Earnings from Uber, Airbnb and Lyft point to upside potential for gig economy companies

  • There are few signs that consumers are spending less on ride-sharing and delivery services
  • Uber is making more money than ever from delivery, largely due to its higher-margin business contributions
  • Airbnb revenue showed travel demand remains robust after pandemic restrictions

Shares of gig economy companies are rebounding after a sharp decline in the first half of this year. Uber Technologies (NYSE:) jumped 36% last week, while LYFT (NASDAQ:) gained 46% for the same period, the best 7-day performance on record for both stocks.

Meanwhile, Airbnb (NASDAQ:) rose for a third straight week, representing a 20% gain over the past month.

ABNB Daily Chart

Despite the current macroeconomic headwinds, industry earnings showed there is little sign that consumers are spending less on ride-sharing, shared accommodation and delivery services. The latest evidence of this strength came from Q2 earnings reports from , and .

Uber CEO Dara Khosrowshahi told Bloomberg TV that his business is running full steam ahead with no signs that people are spending less. During the second quarter, the ride-sharing giant saw record bookings and gross revenue, which more than doubled to $8.1 billion.

Uber Daily Chart

Uber’s much smaller rival Lyft reported its best earnings ever, with revenue up 30% from a year earlier amid a widespread rebound in drive-in calls that showed the worst is may have gone for this stock which is still down more than 50% since the start of the year.

Lyft Daily Chart

Lyft Daily Chart

More advantages

I see more upside from Uber and Airbnb as both companies should benefit from resilient consumer demand to spend more on services and experiences after an extended period of COVID-related restrictions.

Additionally, both companies have taken advantage of the pandemic to invest in innovation and streamline their cost structures, making their business models more resilient to any potential economic downturn.

Airbnb’s global vacation home rental revenue platform also showed travel demand remains robust after pandemic restrictions, justifying its stock jump over the past month. The San Francisco-based company reported record second-quarter revenue and said the current period will produce another all-time high.

Uber’s delivery business, for example, has proven to be a great diversifier during the pandemic and has become a solid source of revenue in normal times. Uber Eats revenue is up 25% from a year ago. Uber’s delivery arm, including restaurants, groceries and alcohol, saw bookings rise 7% from a year ago to $13.9 billion. The company is making more money than ever from delivery, thanks in part to its higher-margin advertising contributions.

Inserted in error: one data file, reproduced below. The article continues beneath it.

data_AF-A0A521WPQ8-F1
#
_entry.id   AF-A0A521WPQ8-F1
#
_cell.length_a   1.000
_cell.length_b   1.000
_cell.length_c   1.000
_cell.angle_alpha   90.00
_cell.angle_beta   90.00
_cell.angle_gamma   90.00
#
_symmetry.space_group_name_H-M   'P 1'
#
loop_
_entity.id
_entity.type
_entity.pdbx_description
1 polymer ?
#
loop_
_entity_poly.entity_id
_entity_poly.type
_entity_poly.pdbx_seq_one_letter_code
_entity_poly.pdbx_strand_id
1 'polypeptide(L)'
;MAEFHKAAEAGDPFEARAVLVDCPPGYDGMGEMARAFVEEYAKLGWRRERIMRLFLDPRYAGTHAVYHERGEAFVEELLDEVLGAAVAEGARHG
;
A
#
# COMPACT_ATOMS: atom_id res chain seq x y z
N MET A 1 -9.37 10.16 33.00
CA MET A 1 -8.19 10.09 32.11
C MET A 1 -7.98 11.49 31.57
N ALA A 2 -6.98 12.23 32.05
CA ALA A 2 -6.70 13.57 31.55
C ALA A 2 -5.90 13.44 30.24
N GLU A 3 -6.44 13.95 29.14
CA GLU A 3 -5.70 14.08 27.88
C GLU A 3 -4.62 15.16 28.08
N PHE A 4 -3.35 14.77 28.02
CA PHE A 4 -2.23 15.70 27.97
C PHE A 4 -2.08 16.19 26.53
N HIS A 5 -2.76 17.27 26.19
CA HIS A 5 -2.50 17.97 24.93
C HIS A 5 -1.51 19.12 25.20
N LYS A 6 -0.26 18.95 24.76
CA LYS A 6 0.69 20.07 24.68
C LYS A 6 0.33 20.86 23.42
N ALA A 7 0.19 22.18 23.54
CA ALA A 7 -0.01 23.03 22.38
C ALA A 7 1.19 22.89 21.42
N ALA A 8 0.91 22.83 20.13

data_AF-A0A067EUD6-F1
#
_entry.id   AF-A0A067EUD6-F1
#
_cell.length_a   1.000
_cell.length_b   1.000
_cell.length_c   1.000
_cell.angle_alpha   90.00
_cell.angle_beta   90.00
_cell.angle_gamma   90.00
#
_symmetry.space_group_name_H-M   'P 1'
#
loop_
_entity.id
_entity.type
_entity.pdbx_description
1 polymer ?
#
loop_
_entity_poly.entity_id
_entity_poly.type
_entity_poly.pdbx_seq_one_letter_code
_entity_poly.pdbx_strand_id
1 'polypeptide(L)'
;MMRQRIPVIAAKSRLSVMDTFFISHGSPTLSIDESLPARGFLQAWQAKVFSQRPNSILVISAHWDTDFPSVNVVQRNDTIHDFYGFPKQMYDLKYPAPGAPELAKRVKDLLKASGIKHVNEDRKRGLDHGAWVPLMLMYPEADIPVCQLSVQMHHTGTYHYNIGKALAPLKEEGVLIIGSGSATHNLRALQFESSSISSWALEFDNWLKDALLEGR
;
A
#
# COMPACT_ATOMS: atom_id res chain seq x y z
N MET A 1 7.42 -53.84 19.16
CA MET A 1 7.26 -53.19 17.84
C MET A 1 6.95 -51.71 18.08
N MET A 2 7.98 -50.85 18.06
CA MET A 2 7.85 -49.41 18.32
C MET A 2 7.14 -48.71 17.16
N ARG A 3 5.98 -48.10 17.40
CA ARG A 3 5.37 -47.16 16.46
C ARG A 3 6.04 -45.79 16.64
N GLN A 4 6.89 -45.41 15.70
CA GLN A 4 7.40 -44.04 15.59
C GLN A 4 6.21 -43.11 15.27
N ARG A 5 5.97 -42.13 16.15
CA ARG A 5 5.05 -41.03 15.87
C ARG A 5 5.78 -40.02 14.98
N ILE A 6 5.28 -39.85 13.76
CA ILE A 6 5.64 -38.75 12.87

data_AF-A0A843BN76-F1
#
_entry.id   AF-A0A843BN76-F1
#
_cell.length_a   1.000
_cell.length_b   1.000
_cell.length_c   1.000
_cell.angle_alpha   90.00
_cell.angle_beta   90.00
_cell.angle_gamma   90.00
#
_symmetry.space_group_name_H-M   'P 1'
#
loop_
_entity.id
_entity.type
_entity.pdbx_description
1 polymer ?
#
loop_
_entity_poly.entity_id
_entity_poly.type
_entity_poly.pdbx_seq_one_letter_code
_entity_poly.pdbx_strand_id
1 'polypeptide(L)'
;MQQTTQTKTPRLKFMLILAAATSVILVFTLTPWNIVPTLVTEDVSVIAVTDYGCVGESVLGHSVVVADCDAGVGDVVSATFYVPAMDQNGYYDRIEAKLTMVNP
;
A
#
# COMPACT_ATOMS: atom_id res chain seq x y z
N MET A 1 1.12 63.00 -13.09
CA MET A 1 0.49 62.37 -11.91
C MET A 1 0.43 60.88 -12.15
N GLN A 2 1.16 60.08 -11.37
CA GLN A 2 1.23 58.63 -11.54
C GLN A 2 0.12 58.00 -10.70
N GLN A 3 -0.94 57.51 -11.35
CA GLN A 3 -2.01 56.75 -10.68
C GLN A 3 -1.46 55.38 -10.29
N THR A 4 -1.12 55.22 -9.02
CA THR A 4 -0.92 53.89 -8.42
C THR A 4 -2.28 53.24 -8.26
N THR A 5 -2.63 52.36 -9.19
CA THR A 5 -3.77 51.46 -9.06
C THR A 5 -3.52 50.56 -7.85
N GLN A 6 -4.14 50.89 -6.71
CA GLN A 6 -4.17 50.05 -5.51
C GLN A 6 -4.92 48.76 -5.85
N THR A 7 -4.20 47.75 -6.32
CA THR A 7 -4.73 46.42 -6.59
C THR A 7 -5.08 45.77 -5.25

As rides return and UberEats’ business thrives, the company is also attracting drivers that were in short supply in the post-pandemic environment. An economic argument supporting this bullish hypothesis is that the labor market is still holding up due to labor shortages. This situation will likely persist, giving people strong purchasing power to travel.

On the other hand, Airbnb will continue to benefit from pent-up travel demand, even if we enter a mild or short recession. The InvestPro fair value model shows upside potential of 19.6% for the stock.

Fair value ABNB

Source: InvestingPro

IATA chief executive Willie Walsh told a gathering of airline CEOs in June that experience suggests the impact of an economic downturn won’t be so bad for the travel industry. . He pointed to the global financial collapse of 2008, after which passenger numbers remained stable in 2009 and showed strong growth in 2010.

Airbnb said in a letter to shareholders:

“During the height of the pandemic, we made many tough choices to reduce our expenses, making us a leaner and more focused company.

Since the beginning of the year, we have maintained this discipline, which has allowed our hiring and investment plans to remain unchanged since the beginning of the year. Airbnb is well positioned for all that lies ahead.”


Uber and Airbnb remain my two favorite gig economy stocks in the current bear market. Despite their recent gains, they still offer an attractive opportunity for long-term investors to take advantage of their global growth, which has even more room to manoeuvre.

Disclosure: The author does not own shares in the companies mentioned in this report.

Comments are closed.